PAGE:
Tahiti Nui

The Tahiti Nui has changed hands and menus, and seen its fair share of dated hairdos, barflies and beer bellies, and thank the gods for that. See, the soul of ‘the Nui’ is timeless and unchangeable. All are welcome here and most leave with a smile, which is why it remains the liveliest spot in little Hanalei and, though certainly a dive, the North Shore joint par excellence for regulars and visitors alike.

In 1964 a Tahitian woman named Louise Hauata and her husband Bruce Marston founded the now iconic South Seas–style restaurant and bar. Its popularity grew and so did its draw – luring such names as Jacqueline Kennedy, who legendarily arrived unexpectedly, preceded by secret service agents. Yet despite the fact that it’s seen its share of A-listers, you’d never guess it at first glance.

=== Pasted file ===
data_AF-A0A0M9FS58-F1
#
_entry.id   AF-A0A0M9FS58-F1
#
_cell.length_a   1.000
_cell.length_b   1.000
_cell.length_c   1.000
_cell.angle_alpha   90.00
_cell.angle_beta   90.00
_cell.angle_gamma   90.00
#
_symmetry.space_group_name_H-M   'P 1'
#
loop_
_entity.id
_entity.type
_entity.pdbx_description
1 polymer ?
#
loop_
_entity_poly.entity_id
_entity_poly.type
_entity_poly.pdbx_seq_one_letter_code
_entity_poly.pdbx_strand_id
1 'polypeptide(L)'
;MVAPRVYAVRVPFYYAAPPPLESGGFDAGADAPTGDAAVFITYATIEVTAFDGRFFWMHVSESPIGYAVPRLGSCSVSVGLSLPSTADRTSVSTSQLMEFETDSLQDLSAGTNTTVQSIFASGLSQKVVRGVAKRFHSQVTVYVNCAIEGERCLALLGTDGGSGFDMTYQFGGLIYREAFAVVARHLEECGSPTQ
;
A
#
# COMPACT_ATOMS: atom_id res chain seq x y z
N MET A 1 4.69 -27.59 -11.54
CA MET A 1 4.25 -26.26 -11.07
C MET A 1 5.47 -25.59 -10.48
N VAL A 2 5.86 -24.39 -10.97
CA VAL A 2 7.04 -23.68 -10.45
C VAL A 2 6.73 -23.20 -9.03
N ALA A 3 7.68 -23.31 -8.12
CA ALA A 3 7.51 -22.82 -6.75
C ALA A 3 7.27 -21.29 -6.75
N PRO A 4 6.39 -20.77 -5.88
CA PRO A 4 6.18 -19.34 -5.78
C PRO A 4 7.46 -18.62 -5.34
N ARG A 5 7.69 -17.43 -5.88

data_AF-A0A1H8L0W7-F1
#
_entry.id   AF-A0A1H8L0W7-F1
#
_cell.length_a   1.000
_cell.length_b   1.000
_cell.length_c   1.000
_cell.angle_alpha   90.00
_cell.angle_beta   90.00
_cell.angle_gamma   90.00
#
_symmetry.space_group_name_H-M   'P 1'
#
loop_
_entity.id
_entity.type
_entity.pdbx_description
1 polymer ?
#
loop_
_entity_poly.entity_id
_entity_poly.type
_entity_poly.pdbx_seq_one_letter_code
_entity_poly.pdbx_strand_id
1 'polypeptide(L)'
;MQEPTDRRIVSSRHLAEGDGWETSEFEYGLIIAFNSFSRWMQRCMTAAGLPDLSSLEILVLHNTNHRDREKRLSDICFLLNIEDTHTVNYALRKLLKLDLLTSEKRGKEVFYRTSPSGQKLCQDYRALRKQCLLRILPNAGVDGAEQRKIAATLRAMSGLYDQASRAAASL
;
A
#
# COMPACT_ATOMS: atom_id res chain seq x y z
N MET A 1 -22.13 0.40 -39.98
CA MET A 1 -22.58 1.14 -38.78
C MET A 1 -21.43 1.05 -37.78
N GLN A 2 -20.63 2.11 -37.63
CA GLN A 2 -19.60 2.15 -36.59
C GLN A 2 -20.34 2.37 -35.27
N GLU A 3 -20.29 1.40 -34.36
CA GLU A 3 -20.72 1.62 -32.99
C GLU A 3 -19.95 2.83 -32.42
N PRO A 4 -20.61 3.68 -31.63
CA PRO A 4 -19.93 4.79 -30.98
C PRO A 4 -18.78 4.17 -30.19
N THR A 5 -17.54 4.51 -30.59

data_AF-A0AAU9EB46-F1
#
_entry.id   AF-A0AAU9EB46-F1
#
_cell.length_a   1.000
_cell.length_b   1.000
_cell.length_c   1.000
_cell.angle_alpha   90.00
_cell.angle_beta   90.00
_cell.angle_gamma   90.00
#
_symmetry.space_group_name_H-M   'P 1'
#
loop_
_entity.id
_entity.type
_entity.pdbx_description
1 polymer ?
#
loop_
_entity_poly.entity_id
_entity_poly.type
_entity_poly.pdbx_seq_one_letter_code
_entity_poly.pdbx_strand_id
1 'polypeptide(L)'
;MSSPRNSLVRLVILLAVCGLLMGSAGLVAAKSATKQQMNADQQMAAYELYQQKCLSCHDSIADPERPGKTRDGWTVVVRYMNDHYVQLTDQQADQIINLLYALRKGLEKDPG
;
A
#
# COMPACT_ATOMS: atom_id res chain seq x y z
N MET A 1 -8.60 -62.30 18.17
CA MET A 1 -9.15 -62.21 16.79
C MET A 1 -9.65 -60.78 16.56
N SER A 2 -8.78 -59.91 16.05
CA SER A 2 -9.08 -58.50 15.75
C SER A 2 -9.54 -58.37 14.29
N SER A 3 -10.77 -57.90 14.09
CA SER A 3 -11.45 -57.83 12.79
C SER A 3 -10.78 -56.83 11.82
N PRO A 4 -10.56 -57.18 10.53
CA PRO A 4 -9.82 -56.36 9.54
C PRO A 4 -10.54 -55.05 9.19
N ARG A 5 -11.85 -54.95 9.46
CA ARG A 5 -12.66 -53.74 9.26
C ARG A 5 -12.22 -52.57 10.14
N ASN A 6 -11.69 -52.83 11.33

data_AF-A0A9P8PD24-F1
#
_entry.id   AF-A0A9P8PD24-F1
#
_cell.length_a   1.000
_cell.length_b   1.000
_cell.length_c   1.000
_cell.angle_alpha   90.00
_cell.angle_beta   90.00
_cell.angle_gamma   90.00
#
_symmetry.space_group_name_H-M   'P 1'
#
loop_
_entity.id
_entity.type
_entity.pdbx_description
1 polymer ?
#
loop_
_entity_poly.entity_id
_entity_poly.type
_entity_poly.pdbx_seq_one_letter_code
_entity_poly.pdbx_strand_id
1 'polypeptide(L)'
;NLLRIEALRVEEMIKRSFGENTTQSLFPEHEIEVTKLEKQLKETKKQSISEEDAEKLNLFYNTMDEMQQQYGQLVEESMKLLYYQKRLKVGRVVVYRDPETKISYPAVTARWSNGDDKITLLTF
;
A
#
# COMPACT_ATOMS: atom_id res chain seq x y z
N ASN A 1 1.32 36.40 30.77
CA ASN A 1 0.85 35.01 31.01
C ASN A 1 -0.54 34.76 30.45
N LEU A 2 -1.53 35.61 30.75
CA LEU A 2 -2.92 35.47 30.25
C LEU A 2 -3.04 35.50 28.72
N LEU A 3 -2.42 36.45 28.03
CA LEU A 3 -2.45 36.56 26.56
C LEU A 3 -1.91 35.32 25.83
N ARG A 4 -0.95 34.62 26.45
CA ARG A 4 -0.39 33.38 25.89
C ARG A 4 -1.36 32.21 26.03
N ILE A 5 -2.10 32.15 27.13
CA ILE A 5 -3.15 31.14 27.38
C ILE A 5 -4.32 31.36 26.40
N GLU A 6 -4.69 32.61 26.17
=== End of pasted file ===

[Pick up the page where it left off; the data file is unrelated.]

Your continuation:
Bruce died in 1975, but Louise continued the spot’s luau tradition, augmenting it with renditions of Tahitian songs in English, French or their original language. She was also well-known for giving much aloha to her community in times of need.

Louise died in 2003, and Tahiti Nui is now run by her son, Christian Marston, and his daughter, Nanea Marston Correa. The Nui remains a lively, loud hangout long after the sun sets, and police regularly set up shop outside its doors around 2am to ensure no one’s drinking and driving.